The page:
More focus on women in academia
For a month long, the Senate Chamber of Leiden University was reserved for portraits of women. The work of art showing a hundred unique portraits of female professors has now been put into storage, but the board of the University is taking measures to promote the image of women in science.
The unique photo exhibition in the Senate Chamber in the Academy Building - an initiative of four female professors who together make up Athena’s Angels ‒ was warmly supported by the many visitors. Rector Carel Stolker commented on the initiative of the four women: 'This was a project set up by Eveline Crone, Naomi Ellemers, Judi Mesman and Ineke Sluiter. I am really enthusiastic about the fantastic result, a clear signal that has been noted, understood and shared by so many people.'
As the work of art depicting the female professors of the seven faculties was specially made to fit the Senate Chamber, it cannot be displayed in its present form in another building. But the Executive Board intends to apply other means to highlight the presence of the University's female scientists.
More women in the Senate Chamber
Artists have been working for some time on a number of portraits of retired female professors. Several of these new paintings will be displayed in the present Senate Room, where the only portrait of a female is currently that of Professor Atoniades, Professor of Ancient Greek, who was Leiden's first female professor. The criterion of only displaying portraits of professors who have passed away will be relaxed.
No longer a male domain
Rector Carel Stolker: 'I have asked our University historian Willem Otterspeer to reconsider the criteria for adding a portrait of a professor to the venerated location of the Senate Chamber. The number of women professors in Leiden, at 23 per cent, may not be an accurate reflection of society, but that number is growing: the University is no longer a male domain. That's something we not only want to but also have to show. Particularly with a view to the ambitions of young women who want to feel they belong here, the image we portray of women will be stimulating for their studies and their career.'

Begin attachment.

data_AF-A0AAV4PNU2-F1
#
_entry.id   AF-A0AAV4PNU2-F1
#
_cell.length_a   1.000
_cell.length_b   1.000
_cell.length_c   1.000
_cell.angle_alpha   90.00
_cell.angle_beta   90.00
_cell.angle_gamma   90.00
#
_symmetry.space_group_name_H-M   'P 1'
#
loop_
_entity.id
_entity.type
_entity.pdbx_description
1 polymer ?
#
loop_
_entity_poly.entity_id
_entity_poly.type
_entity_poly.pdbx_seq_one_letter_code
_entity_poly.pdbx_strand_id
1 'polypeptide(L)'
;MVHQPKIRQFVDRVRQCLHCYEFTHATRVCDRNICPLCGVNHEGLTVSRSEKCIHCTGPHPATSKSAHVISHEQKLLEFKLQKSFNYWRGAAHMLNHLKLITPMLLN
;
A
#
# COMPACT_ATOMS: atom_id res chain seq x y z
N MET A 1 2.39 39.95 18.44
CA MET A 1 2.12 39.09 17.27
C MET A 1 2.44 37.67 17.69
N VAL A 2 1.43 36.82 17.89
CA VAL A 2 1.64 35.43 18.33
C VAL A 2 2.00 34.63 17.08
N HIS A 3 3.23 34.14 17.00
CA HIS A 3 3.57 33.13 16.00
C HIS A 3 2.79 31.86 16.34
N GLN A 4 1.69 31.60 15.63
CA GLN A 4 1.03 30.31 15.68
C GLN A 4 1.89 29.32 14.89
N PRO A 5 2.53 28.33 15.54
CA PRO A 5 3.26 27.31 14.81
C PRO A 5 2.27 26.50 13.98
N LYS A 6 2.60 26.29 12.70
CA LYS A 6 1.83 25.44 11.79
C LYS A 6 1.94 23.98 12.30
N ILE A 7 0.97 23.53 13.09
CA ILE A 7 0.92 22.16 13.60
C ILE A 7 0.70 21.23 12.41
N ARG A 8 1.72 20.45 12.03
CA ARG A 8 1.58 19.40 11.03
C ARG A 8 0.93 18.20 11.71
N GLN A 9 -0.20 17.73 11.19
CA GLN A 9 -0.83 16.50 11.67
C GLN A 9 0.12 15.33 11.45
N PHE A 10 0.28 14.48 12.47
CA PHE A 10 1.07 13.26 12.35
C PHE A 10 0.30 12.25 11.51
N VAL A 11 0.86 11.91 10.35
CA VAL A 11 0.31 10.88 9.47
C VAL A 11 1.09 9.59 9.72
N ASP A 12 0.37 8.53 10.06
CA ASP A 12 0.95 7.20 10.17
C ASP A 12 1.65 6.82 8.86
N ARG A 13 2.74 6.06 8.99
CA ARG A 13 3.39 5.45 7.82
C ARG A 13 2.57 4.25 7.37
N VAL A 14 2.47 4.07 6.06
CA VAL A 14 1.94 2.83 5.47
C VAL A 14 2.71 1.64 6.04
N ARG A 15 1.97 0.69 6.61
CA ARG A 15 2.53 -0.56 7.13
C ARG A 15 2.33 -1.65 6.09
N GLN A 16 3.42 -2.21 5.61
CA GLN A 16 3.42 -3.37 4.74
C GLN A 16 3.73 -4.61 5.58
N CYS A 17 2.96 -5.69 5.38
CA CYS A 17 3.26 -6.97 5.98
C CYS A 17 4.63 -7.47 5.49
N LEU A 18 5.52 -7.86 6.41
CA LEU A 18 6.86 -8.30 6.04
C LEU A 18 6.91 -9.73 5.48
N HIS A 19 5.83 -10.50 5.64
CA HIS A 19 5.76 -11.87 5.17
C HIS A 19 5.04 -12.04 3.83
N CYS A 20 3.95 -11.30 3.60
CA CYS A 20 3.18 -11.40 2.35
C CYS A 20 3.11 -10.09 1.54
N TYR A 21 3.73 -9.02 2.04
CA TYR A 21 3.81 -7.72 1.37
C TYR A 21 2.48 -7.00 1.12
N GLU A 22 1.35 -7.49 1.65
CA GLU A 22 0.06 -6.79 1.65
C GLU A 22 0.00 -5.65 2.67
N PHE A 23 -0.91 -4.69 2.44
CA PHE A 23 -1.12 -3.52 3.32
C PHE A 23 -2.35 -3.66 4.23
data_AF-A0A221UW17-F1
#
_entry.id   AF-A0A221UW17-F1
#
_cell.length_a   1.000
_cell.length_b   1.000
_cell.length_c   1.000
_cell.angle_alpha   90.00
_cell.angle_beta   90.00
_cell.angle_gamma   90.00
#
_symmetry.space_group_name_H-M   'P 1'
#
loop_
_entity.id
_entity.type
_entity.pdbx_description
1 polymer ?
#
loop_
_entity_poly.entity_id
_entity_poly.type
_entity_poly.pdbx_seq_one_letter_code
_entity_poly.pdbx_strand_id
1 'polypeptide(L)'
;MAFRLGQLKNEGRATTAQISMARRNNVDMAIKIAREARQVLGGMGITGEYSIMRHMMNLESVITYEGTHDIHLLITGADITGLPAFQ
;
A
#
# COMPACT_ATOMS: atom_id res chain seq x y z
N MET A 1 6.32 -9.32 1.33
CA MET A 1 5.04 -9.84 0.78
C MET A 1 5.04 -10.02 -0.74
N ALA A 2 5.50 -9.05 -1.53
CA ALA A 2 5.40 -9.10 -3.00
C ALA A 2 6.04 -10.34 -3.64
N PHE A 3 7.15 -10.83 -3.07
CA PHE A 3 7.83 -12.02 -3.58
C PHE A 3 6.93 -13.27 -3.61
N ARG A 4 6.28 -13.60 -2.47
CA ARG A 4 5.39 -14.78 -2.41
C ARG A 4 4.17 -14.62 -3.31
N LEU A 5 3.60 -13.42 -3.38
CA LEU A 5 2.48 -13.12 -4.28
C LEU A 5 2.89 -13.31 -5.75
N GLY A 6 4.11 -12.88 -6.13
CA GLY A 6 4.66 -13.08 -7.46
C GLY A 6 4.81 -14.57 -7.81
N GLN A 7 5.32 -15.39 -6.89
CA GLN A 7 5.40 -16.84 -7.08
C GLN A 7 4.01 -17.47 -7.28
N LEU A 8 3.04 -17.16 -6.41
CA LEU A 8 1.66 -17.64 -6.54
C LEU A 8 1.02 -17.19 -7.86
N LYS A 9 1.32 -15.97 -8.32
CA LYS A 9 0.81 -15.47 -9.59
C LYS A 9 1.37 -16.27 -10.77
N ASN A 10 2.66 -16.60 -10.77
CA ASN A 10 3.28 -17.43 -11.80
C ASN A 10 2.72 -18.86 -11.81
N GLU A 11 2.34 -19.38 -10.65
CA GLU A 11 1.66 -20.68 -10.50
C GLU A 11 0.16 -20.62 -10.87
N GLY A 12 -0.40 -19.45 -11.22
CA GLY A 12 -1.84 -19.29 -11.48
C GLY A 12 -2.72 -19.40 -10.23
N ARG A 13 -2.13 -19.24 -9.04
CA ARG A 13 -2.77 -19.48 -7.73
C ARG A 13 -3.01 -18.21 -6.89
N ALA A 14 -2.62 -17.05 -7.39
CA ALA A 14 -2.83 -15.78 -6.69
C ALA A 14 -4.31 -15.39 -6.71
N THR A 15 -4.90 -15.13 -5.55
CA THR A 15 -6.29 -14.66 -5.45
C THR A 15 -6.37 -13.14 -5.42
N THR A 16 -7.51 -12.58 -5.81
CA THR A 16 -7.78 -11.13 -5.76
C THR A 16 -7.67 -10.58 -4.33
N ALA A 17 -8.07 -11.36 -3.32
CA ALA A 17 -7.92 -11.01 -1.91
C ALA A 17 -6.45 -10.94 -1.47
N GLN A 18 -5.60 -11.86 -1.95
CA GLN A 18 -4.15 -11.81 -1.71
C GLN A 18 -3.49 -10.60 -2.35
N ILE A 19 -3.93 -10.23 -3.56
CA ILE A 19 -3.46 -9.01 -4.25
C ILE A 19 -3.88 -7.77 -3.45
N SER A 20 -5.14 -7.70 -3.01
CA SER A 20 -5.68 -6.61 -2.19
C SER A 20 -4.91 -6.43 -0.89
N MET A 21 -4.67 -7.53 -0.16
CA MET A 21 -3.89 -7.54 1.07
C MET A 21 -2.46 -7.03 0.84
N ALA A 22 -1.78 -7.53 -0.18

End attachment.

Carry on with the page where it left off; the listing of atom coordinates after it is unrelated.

Women in prominent places
The University is also going to have the portrait photos from the Senate Chamber re-printed so that they can be displayed in prominent places in the faculties and the central buildings. It is an idea that was put forward by the Angels, with whom the Rector reviewed the project. The women professors may also use their photo portraits for their personal homepage.
More space on the University website will be devoted to the careers of female professors. They fulfil an important role in setting an example for students, PhD candidates and other young women in academia, in Stolker's words.